Friday, March 30, 2007

I think I sometimes take it for granted. I mean, with a tiny bit of effort, like driving 15 minutes up into the hills, I can see Black Woodpecker ANY DAY OF THE WEEK. I have at least two pairs staked out in the Buda Hills (there are several more, but I just haven't had time this spring to check them). They are using beech trees, hacking out their large oval holes, getting ready to breed. I say "taking it for granted" because it is not at all unusual for folks in the UK to ask me "if I know any sites for Black Woodpecker?" or "I need Black Woodpecker, what's the chances of seeing one?" Well, the "chances" are very good, nothing ever guaranteed, of course, because we are dealing with a wild bird here. But I am fairly confident that anyone visiting Budapest who wants me to find them one of these magnificent forest carpenters, the largest European woodpecker species, will not be disappointed.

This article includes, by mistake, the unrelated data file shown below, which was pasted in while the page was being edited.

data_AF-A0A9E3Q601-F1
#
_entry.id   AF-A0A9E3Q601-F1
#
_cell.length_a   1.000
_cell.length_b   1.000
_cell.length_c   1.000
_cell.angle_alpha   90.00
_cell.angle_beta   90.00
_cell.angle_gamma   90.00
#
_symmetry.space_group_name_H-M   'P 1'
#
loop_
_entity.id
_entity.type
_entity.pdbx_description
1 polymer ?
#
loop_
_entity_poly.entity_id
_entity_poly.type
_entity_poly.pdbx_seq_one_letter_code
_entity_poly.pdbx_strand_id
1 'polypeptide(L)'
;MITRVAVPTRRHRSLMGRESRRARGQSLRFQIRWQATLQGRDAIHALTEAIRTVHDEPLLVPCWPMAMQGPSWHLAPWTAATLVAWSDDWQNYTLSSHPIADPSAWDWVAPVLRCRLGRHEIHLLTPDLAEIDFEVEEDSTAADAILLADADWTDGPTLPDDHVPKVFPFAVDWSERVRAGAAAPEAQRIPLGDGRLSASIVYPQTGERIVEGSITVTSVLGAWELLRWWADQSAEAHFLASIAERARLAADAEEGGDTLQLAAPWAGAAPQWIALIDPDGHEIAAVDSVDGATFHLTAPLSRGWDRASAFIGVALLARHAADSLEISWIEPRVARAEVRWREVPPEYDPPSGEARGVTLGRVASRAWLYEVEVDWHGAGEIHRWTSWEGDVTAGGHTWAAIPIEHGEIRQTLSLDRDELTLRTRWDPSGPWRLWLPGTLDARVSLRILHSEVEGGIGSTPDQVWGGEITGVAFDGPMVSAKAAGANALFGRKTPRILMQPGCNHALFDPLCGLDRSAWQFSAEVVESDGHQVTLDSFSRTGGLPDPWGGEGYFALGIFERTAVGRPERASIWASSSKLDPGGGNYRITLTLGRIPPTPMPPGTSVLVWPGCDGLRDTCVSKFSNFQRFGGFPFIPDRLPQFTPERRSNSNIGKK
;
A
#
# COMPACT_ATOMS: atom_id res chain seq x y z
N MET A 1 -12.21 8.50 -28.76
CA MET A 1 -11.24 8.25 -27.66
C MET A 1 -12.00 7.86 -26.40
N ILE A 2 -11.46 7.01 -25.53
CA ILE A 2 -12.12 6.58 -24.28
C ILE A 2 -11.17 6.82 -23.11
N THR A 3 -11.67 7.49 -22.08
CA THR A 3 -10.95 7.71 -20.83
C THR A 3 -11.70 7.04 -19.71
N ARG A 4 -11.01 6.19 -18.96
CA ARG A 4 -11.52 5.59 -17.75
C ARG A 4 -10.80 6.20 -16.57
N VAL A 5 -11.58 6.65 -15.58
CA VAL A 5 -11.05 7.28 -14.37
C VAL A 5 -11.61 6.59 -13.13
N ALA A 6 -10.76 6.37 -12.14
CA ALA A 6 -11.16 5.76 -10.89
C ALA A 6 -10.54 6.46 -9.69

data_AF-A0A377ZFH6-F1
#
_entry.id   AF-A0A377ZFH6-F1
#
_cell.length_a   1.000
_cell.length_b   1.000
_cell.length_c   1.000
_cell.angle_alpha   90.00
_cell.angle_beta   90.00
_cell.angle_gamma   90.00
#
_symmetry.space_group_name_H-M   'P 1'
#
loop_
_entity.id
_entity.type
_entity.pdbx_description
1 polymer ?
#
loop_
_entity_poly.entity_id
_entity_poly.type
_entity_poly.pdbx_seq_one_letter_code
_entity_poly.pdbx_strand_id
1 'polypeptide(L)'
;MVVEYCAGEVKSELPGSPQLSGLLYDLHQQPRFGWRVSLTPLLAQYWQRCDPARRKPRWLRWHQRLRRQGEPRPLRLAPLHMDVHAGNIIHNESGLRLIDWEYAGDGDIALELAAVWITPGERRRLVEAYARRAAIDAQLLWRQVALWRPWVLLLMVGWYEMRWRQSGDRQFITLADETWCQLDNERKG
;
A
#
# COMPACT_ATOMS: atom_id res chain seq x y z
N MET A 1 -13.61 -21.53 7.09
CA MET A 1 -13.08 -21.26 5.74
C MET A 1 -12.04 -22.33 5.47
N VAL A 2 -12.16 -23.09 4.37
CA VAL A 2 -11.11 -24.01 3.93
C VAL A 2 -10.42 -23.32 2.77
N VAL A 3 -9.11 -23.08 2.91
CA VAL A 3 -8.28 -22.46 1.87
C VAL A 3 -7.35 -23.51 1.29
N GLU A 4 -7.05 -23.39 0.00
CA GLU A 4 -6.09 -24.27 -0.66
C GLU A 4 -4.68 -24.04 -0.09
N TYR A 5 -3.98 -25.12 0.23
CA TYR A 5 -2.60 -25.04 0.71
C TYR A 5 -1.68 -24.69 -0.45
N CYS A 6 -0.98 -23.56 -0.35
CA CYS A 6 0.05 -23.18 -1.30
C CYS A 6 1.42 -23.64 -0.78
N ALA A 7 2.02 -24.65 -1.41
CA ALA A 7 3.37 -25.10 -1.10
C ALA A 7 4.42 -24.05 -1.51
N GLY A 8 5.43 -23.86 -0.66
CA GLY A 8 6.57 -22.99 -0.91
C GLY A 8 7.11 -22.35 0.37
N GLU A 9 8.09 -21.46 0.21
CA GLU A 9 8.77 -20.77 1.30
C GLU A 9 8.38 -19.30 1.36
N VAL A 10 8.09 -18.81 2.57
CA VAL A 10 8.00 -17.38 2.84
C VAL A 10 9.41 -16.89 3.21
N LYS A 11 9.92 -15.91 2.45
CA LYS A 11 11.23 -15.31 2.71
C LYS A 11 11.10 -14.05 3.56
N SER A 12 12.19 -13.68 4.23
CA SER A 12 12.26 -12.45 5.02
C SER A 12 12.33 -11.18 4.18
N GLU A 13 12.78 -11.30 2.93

Wednesday, March 28, 2007

Spring & Autumn Birding Tours

I am now getting ready ready for the spring season. I will soon be in Croatia with two groups and then back in Hungary for the May season, later I will be in Bulgaria. It is going to be a busy time, but I will try to keep this blog up-dated with sightings, events and maybe even photos. I have a private trip in Hungary schedued for 2 - 9 May, and if anyone fancies joining that we can take one or two at this late stage. We will be looking for all kinds of goodies - Great Bustard, Saker, Eastern Imperial Eagle, Ural Owl, Aquatic Warbler etc etc etc. Click this link to get an idea of what we will be doing: